Then came time for the escort committee, made-up of former speakers Brown, Robert Monagan, Cruz Bustamante, Antonio Villaraigosa, and Herb Wesson, Jr., to accompany Karen Bass to the podium. Her stepdaughter Yvette carried the Bible on which the oath was administered. Afterwards, the new speaker admonished her colleagues to unite in responding to “the current economic crisis the way we would a natural disaster." She also announced that she has asked former governors Pete Wilson and Gray Davis to head a commission to examine California’s antiquated tax structure. The viewers in room 4203 clapped their approval. She ended by asking the Assembly to “get back to work!”
I returned to my office across the street and got back to work of my own, moved by the historic event I had just witnessed. Although the plane ride home was far more subdued than the morning, people nonetheless remained joyous as they reflected on the significance of the day. I could almost hear the unasked question on everyone’s lips: is this a sign of what’s to come this November if Barack Obama is indeed nominated?
Tuesday, May 06, 2008
My family didn’t travel much when I was a kid, but we did go out to the desert a lot. Palm Springs was close enough to drive and, in those days, fairly cheap. Plus my sister and I got to spend entire days swimming and lounging around the motel pool. The desert was our favorite vacation spot.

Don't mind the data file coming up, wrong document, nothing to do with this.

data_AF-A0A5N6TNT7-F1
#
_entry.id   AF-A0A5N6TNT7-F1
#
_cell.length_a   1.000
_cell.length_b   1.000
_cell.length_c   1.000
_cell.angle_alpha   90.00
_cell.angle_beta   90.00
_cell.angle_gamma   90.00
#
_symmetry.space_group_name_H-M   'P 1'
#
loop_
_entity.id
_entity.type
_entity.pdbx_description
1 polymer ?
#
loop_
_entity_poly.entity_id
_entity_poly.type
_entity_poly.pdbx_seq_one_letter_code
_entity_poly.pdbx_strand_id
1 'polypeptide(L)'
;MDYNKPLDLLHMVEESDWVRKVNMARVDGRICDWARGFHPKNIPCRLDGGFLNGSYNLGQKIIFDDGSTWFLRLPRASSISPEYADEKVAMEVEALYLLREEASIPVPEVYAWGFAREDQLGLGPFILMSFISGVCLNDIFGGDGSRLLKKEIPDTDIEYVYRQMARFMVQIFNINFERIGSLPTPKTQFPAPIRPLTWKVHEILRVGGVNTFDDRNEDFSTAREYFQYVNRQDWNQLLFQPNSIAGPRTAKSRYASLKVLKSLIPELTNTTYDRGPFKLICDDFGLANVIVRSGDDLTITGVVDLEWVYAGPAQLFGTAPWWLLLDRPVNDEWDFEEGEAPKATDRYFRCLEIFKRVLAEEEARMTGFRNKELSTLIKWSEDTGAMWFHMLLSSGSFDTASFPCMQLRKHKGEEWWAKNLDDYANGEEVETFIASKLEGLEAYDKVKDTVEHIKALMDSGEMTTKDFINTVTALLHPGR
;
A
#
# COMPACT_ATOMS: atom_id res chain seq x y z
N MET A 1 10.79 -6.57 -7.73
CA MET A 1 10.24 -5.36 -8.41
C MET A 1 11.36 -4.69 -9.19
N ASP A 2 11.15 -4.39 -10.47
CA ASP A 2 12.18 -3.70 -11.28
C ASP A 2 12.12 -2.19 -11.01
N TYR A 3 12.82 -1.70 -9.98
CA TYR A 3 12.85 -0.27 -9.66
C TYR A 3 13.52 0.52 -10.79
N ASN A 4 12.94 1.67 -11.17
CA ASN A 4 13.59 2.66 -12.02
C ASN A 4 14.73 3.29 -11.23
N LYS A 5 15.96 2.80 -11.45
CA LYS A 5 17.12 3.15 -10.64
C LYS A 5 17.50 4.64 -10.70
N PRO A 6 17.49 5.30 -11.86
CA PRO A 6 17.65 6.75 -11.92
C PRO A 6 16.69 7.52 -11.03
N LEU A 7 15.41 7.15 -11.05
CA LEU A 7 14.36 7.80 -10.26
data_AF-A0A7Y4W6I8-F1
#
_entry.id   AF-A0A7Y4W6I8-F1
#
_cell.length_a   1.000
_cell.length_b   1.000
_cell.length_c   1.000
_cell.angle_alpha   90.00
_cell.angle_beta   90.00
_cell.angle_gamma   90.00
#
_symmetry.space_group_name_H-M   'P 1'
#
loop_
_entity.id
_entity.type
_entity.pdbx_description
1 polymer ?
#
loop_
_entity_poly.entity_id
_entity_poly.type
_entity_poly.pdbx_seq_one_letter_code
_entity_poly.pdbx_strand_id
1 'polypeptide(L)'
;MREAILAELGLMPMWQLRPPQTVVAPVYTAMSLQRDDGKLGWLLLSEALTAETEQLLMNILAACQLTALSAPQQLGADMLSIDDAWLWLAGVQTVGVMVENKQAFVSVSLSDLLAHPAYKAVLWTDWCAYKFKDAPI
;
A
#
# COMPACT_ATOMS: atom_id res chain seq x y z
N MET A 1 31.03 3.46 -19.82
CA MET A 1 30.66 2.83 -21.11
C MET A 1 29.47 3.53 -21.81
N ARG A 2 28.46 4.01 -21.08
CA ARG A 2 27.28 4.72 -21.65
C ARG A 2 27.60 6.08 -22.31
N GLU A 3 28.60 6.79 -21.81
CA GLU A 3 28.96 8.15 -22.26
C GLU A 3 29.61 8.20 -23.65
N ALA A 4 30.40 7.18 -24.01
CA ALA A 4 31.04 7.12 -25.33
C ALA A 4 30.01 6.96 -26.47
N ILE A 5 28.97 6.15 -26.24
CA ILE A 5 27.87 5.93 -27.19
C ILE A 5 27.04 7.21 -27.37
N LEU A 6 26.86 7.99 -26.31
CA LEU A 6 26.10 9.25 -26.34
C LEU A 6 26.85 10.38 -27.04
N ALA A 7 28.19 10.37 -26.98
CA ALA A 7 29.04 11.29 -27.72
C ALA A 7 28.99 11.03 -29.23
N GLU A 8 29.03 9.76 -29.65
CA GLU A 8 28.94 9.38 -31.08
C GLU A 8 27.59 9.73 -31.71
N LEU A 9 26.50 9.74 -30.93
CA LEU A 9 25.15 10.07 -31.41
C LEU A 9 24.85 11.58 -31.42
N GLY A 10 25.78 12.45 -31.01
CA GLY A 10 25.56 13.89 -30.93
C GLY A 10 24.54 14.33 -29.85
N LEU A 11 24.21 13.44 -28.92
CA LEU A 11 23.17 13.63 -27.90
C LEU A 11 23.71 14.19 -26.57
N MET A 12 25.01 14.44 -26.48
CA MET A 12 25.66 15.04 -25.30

I no longer do anything that requires a bathing suit, but Tim and I do occasionally go to the desert just to get away. We especially enjoy Palm Springs because, unlike Las Vegas which has turned into a hideous monstrosity, the downtown area looks pretty much the same as it did in the 1950s/60s and the surrounding mid-century modern homes still reign supreme. As far as I'm concerned, Palm Springs is all about nostalgia.
For example, we were taking time out from a conference I was attending there this past weekend when I noticed an ad offering tours of Elvis Presley’s “honeymoon hideaway.” Turns out, May 1 was the 41st anniversary of Elvis’s marriage to Priscilla Beaulieu, the young woman he had met overseas while in the military. To celebrate, the current owners of the newlyweds’ first home were opening up the place to the public, Friday-Sunday, 10AM-5PM.
Now we are not Elvis fanatics, by any means, but we do know a good story-in-the-making when we see one, so I called the number in the ad. It was 10:15AM. A groggy voice answered the phone.